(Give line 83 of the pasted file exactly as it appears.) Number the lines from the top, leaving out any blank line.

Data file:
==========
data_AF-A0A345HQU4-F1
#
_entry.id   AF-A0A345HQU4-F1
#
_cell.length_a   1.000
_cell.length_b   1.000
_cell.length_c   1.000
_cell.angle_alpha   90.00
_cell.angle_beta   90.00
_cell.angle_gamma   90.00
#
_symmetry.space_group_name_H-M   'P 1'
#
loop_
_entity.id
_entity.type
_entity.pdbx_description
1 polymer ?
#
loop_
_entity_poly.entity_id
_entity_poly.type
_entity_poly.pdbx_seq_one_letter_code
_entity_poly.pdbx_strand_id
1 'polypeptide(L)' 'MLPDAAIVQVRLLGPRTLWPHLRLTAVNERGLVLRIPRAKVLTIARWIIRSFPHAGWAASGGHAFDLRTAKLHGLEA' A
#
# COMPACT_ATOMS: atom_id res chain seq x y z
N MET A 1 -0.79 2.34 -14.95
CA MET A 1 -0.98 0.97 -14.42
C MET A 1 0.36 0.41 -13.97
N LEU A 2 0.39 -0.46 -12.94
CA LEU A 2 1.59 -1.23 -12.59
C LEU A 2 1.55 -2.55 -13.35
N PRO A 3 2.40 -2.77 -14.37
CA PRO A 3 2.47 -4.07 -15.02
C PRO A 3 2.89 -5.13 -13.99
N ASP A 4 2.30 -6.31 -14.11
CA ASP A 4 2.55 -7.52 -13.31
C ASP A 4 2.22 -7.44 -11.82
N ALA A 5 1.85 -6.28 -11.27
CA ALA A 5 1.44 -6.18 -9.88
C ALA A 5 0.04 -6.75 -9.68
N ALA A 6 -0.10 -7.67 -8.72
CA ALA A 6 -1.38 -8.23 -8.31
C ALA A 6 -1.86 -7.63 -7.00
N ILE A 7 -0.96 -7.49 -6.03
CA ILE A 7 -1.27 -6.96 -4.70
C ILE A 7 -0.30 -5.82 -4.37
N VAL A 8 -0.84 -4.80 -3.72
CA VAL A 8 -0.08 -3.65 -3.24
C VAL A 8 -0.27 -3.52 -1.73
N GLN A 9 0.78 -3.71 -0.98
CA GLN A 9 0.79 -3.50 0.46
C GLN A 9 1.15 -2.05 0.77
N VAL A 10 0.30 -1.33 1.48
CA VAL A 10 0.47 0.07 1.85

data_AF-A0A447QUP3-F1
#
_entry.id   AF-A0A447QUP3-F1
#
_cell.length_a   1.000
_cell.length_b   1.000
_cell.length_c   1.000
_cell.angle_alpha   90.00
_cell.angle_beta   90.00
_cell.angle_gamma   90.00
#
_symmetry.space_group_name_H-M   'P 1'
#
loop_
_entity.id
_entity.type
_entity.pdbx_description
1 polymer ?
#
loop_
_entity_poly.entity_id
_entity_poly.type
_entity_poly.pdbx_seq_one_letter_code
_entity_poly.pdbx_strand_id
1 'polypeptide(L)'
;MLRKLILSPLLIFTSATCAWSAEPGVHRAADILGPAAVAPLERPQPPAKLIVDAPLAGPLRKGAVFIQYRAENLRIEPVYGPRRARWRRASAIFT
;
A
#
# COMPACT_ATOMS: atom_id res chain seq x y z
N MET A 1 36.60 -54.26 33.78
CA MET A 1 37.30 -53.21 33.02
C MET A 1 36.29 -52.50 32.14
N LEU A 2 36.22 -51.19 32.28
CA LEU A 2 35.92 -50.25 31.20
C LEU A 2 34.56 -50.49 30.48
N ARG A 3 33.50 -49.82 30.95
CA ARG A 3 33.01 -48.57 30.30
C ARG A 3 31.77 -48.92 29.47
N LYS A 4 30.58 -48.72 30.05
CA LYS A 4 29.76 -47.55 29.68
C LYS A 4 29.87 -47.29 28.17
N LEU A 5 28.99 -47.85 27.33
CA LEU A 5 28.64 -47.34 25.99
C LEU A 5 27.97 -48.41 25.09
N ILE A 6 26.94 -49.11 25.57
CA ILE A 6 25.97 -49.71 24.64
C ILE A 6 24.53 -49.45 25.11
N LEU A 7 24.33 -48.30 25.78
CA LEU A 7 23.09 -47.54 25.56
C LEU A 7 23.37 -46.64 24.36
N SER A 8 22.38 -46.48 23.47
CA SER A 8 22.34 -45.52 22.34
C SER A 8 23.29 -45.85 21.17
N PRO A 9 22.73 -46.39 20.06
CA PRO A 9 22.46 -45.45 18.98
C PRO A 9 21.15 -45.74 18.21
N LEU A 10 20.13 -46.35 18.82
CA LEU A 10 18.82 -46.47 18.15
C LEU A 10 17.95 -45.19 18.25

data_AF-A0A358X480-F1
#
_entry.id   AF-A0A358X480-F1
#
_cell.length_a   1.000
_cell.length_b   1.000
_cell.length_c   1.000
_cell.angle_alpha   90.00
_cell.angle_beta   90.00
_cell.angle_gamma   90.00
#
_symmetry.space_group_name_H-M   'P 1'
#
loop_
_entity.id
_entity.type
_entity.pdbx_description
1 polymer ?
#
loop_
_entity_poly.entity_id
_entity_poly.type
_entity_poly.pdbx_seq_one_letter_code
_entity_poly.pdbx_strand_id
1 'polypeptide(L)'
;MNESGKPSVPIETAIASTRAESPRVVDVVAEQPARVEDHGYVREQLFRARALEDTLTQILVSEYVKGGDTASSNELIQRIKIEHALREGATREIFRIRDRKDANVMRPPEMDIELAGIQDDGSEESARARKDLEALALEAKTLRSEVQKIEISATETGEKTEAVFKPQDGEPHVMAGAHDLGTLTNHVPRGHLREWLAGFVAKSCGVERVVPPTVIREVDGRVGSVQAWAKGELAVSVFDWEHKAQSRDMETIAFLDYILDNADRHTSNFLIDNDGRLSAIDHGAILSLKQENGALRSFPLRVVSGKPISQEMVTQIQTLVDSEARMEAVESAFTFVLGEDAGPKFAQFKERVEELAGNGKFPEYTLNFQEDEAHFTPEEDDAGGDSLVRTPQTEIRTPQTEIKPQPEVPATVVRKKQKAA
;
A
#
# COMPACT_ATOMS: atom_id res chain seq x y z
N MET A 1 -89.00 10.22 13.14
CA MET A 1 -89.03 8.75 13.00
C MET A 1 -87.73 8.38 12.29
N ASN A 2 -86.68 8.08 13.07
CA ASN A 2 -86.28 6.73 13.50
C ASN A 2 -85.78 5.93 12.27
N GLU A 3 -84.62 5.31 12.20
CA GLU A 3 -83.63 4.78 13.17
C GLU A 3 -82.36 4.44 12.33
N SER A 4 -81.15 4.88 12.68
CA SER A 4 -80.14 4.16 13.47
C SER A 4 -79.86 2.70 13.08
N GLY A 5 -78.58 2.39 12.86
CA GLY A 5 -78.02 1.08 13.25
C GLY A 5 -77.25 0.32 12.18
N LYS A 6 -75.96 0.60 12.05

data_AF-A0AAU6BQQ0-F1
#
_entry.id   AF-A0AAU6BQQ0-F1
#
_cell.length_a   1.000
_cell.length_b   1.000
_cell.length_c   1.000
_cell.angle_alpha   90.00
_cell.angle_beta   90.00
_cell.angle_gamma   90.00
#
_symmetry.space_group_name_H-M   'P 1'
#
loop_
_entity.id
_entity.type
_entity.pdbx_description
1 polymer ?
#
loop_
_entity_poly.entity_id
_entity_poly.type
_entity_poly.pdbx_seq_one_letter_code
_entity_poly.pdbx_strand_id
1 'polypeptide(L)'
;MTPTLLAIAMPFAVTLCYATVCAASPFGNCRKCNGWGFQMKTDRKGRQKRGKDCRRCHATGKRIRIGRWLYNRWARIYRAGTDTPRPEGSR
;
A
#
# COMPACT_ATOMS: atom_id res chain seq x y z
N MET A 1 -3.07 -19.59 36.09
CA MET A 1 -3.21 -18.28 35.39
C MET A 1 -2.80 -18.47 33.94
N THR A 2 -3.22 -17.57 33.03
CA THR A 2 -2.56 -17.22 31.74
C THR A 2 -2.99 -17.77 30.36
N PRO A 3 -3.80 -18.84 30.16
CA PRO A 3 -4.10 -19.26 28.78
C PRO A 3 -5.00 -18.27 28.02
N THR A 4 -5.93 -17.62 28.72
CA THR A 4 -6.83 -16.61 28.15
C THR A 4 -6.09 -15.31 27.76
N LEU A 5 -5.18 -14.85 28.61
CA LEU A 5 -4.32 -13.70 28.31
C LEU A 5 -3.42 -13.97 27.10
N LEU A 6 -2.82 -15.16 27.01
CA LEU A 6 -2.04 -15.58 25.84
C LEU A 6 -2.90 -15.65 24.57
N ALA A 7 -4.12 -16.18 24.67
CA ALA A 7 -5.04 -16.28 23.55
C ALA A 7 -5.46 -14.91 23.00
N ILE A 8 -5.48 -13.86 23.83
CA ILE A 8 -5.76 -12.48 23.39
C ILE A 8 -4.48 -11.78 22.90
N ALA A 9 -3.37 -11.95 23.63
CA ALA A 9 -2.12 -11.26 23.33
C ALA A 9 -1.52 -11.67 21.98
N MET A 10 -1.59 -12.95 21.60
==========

;